University of Oxford, AstraZeneca, CEPI

  • INFORMATION ABOUT THE VACCINE:

    The efficacy of the drug developed by the University of Oxford and AstraZeneca is estimated to be 60–90%.

    Furthermore, it can be stored between 2–8°C (35–46°F), so there is no need to deploy any special logistics devices for its preservation and distribution, which has obvious benefits.

Sputnik V

  • NAME:

    GAM-COVID-Vac

  • TYPE:

    Viral vector

  • DOSE:

    2 shots, 21 days apart

  • ADMINISTRATION ROUTE:

    Intramuscular

  • COUNTRIES IN WHICH IT HAS BEEN DISTRIBUTED:

    16

  • COMMON SIDE EFFECTS:

    Tiredness, nausea, headache, muscle pain, fever

  • MANUFACTURER:

    Gamaleya Institute

  • INFORMATION ABOUT THE VACCINE:

    The Gamaleya Institute has announced that Sputnik V has an efficacy rate of 92%, although it has not yet published a scientific paper revealing all the details of the clinical trial.

    An interim analysis of the trial has been published in the British medical publication The Lancet, which verifies the efficacy and the absence of any unusual side effects.

Johnson & Johnson

  • NAME:

    JNJ-78436735

  • TYPE:

    Viral vector

  • DOSE:

    One shot

  • ADMINISTRATION ROUTE:

    Intramuscular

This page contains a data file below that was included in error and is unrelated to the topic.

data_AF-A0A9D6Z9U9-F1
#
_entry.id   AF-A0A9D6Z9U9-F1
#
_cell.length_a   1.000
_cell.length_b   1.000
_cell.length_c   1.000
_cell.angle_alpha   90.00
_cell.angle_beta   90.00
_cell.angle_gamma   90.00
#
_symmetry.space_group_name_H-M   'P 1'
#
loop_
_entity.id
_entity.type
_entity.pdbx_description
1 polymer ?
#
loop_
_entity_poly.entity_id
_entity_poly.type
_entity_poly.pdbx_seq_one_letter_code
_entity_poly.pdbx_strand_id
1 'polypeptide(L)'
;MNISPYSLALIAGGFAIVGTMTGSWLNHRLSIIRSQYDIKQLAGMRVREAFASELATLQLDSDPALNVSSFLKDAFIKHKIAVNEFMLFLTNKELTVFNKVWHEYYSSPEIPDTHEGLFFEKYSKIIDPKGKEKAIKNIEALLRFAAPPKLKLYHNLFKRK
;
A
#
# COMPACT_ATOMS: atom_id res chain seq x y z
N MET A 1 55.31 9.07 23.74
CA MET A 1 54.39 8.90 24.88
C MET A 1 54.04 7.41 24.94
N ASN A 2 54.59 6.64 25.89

• COUNTRIES IN WHICH IT HAS BEEN DISTRIBUTED:

    4

  • COMMON SIDE EFFECTS:

    Pain in the area of the shot, headache, muscle pain, fatigue

  • MANUFACTURER:

    Janssen Pharmaceuticals (Johnson & Johnson), BIDMC

  • INFORMATION ABOUT THE VACCINE:

    What differentiates this vaccine from its competitors is that it is administered as a single dose, which saves both time and money and is key in the current time.

    In addition, it can remain stable at 2–8°C (35–46°F) for 3 months.

    In clinical trials it has reported an efficacy of 66%, and this is slightly higher in people aged 65+.

Convidicea

  • NAME:

    Ad5-nCoV

  • TYPE:

    Viral vector

  • DOSE:

    One shot

  • ADMINISTRATION ROUTE:

    Intramuscular, nasal spray

  • COUNTRIES IN WHICH IT HAS BEEN DISTRIBUTED:

    3

  • COMMON SIDE EFFECTS:

    Pain in the area of the shot, headache, fever, fatigue.

  • MANUFACTURER:

    CanSino Biologics, Institute of Biotechnology, Beijing

  • INFORMATION ABOUT THE VACCINE:

    Global data from phase III trials has shown that the CanSino vaccine is 65% effective at preventing COVID-19.

    In addition to its efficacy, like the Johnson & Johnson vaccine it is given as a single dose and can be stored at 6–8°C (42–46°F).

    CanSino has also started trials to administer Ad5-nCoV in the form of a nasal spray.

Sinopharm

  • NAME:

    BBIBP-CorV

  • TYPE:

    Inactivated virus

  • DOSE:

    2 shots, 21–28 days apart

  • ADMINISTRATION ROUTE:

    Intramuscular

  • COUNTRIES IN WHICH IT HAS BEEN DISTRIBUTED:

    24

  • COMMON SIDE EFFECTS:

    Tiredness, nausea, headache, muscle pain, fever

  • MANUFACTURER:

    Sinopharm: Beijing Institute of Biological Products, Wuhan Institute of Biological Products